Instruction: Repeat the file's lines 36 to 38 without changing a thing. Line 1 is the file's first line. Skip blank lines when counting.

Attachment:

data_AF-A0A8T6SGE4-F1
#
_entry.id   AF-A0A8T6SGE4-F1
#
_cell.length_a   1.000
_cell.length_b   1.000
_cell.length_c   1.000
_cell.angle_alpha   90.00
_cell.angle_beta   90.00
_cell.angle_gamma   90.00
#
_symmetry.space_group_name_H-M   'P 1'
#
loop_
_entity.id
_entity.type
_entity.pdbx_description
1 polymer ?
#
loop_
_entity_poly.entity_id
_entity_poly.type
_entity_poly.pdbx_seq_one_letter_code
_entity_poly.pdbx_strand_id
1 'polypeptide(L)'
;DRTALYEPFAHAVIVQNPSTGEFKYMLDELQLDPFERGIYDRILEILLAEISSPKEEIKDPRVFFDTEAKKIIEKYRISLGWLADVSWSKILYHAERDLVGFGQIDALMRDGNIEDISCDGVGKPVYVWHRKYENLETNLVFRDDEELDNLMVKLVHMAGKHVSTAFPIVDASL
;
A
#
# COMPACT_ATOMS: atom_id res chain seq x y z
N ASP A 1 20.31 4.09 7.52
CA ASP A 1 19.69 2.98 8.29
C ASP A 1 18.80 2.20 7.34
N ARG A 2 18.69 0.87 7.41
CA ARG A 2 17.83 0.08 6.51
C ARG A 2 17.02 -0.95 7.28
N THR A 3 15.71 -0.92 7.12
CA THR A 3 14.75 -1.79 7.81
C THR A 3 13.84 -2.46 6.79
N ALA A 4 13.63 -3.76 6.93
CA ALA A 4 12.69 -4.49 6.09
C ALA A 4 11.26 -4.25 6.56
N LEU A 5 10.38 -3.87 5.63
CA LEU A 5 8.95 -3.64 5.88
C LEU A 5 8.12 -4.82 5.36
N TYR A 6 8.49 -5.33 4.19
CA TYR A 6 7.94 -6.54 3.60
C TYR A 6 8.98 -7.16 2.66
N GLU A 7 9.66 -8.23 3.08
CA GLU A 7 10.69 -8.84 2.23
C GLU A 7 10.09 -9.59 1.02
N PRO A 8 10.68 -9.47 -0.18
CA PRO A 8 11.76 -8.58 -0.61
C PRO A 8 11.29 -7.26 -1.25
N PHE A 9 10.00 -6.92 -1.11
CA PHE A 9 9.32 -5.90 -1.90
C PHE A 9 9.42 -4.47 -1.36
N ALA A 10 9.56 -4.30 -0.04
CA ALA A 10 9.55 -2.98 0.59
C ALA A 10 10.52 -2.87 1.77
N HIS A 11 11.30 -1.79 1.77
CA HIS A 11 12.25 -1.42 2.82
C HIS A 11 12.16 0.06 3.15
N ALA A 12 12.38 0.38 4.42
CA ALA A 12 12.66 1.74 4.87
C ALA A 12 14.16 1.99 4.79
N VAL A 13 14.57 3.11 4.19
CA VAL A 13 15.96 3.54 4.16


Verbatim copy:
C ARG A 2 17.02 -0.95 7.28
N THR A 3 15.71 -0.92 7.12
CA THR A 3 14.75 -1.79 7.81